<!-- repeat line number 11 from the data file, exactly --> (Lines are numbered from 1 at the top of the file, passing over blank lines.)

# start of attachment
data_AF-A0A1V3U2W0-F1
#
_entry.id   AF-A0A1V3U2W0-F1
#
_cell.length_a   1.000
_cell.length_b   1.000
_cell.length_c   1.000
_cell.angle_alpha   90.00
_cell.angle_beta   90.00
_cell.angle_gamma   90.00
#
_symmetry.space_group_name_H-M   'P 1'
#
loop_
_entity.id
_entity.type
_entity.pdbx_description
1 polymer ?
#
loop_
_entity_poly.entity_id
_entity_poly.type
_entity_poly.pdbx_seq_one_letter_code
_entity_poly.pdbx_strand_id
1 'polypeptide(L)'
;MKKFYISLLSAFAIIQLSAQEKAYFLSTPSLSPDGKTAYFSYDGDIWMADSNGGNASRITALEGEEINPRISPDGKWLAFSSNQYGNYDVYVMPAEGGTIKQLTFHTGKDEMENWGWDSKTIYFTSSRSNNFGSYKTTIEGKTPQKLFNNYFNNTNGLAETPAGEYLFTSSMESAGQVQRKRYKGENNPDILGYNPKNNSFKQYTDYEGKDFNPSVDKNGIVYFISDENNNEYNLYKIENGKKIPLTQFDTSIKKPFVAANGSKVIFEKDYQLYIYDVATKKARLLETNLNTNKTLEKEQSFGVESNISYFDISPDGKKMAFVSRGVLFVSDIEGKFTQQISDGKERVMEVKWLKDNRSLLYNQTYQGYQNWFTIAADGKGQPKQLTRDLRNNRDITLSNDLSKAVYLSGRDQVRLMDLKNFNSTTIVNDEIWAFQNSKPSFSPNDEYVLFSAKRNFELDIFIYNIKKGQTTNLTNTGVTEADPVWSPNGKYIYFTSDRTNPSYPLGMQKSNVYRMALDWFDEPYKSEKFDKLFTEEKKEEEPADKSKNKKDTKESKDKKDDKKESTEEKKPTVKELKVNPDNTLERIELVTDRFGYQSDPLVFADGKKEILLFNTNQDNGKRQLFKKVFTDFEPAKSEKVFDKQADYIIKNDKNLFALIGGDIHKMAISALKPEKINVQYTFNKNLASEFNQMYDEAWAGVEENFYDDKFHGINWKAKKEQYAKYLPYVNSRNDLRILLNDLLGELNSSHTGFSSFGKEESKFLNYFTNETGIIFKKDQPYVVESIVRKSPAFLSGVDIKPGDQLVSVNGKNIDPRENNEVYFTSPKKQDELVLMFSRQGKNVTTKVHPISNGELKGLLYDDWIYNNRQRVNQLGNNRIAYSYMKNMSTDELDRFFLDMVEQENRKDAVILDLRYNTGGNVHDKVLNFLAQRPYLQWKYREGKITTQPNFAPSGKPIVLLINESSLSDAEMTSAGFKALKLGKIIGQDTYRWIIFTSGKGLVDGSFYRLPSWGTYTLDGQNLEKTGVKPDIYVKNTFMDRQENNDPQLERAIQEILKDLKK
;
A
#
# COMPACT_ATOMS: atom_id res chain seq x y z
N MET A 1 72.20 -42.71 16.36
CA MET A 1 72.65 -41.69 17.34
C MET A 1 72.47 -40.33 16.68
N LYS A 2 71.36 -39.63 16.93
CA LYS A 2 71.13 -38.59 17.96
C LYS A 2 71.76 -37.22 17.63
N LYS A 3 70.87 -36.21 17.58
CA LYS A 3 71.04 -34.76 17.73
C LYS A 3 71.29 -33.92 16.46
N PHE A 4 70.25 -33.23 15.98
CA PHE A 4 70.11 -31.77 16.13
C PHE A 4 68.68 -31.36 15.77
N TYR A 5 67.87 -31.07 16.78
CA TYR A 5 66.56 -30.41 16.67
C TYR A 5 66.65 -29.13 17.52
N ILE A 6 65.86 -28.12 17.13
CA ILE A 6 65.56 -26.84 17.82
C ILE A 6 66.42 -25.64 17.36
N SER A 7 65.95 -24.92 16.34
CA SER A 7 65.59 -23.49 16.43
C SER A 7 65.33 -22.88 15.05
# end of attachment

#